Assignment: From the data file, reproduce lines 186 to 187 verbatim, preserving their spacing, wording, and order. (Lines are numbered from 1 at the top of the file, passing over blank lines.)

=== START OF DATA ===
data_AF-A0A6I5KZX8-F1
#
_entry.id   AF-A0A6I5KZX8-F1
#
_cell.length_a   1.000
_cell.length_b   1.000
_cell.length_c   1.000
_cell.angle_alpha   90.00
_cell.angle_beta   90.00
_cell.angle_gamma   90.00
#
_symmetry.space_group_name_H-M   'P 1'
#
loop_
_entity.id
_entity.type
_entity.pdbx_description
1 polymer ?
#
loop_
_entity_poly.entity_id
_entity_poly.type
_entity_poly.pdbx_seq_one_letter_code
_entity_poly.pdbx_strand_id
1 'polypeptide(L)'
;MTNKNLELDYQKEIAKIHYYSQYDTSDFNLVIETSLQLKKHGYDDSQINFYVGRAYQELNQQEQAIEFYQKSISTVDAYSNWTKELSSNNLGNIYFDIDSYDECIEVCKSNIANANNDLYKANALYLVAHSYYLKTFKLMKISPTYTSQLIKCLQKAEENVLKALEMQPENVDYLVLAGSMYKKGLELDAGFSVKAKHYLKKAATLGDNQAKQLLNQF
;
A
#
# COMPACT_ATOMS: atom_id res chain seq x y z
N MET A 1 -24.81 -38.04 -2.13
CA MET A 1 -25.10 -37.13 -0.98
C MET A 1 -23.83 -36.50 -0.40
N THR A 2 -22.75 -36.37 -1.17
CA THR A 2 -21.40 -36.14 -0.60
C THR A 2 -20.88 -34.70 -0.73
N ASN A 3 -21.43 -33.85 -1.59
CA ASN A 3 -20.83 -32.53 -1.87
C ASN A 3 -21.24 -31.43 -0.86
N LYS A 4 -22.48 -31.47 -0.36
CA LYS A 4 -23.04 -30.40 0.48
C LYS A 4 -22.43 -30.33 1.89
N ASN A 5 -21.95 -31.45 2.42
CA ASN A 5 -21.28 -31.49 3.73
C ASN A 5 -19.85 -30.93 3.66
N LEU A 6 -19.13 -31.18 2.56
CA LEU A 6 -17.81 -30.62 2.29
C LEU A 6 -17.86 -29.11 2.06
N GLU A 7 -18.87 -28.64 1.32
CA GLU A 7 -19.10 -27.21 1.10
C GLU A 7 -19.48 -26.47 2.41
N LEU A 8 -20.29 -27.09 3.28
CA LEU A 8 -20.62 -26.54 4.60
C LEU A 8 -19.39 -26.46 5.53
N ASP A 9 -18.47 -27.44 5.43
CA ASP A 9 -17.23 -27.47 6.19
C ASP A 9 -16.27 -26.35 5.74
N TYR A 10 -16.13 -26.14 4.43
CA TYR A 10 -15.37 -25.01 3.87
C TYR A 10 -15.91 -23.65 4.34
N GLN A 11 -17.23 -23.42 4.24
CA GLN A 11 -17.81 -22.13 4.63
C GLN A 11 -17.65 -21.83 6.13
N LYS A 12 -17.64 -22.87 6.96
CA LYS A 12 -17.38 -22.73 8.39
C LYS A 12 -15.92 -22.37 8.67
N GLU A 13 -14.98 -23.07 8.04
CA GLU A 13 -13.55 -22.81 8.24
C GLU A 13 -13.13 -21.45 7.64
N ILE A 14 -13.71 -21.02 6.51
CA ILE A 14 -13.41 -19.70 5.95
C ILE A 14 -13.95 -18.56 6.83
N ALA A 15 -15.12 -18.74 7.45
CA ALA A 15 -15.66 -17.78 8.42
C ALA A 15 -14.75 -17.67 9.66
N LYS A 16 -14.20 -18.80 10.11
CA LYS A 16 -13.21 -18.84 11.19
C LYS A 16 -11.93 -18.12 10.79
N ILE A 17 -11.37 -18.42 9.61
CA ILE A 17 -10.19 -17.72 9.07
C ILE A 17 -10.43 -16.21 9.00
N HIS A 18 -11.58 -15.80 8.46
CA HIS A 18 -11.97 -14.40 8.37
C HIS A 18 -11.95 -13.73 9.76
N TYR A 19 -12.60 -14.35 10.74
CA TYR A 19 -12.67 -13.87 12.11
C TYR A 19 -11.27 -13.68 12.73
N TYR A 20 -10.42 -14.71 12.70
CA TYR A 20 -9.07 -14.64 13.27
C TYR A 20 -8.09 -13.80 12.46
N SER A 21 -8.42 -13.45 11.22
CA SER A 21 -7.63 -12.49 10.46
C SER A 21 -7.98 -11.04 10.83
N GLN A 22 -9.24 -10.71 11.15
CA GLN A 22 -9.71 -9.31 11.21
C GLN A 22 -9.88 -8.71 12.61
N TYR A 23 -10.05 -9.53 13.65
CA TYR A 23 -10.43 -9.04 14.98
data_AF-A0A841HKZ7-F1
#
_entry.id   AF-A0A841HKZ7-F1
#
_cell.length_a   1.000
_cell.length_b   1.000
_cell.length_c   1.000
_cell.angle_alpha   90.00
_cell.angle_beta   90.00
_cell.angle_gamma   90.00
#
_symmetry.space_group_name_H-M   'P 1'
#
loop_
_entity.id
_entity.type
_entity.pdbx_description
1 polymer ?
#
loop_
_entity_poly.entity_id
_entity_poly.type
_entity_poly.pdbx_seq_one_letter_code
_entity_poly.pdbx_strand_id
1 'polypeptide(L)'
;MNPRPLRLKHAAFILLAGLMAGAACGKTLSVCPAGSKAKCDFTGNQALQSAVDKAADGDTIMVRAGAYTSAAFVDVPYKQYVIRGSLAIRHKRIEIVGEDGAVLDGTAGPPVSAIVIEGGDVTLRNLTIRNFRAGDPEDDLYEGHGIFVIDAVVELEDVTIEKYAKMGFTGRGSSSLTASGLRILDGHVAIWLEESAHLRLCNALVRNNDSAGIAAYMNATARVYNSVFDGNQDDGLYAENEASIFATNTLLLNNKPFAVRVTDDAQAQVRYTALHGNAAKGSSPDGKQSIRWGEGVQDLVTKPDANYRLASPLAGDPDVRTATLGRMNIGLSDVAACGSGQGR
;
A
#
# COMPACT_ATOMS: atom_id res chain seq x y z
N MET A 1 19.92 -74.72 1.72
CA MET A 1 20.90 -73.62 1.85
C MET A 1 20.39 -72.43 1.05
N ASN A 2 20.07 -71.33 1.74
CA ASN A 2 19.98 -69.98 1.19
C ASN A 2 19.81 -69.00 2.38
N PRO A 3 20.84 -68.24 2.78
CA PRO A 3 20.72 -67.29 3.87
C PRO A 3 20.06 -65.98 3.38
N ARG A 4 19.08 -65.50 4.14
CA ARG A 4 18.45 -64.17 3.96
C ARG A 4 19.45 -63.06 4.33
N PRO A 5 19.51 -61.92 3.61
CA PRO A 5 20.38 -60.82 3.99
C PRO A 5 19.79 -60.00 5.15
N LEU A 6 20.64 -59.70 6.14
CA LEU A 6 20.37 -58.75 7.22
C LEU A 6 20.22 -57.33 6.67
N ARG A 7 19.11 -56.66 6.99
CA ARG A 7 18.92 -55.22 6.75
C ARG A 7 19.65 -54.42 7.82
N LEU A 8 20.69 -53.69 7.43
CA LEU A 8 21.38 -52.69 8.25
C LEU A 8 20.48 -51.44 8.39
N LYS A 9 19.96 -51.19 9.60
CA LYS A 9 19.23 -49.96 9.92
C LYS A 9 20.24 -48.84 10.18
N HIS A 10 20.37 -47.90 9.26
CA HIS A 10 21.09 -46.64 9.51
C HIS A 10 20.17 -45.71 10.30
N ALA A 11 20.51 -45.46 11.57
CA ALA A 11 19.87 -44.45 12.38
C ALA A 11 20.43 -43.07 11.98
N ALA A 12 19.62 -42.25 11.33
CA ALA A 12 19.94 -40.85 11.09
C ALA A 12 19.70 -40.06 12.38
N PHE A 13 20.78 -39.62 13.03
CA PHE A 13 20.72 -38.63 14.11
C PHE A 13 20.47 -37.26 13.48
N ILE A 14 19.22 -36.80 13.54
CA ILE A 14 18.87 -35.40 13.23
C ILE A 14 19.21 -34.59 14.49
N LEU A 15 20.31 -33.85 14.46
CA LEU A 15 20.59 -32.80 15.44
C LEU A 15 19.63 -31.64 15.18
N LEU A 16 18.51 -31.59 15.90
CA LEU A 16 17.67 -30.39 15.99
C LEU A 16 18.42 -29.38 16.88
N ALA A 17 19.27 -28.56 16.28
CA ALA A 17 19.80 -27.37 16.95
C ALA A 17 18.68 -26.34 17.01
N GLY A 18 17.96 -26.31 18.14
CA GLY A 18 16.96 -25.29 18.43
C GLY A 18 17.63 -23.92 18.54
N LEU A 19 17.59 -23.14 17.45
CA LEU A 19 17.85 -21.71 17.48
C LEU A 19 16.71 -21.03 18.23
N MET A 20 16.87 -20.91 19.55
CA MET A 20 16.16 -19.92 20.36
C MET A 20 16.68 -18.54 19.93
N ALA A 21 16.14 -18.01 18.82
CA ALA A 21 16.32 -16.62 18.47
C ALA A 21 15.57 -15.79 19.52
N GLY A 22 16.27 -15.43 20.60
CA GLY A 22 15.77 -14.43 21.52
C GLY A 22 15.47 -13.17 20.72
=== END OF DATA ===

N MET A 20 16.87 -20.91 19.55
CA MET A 20 16.16 -19.92 20.36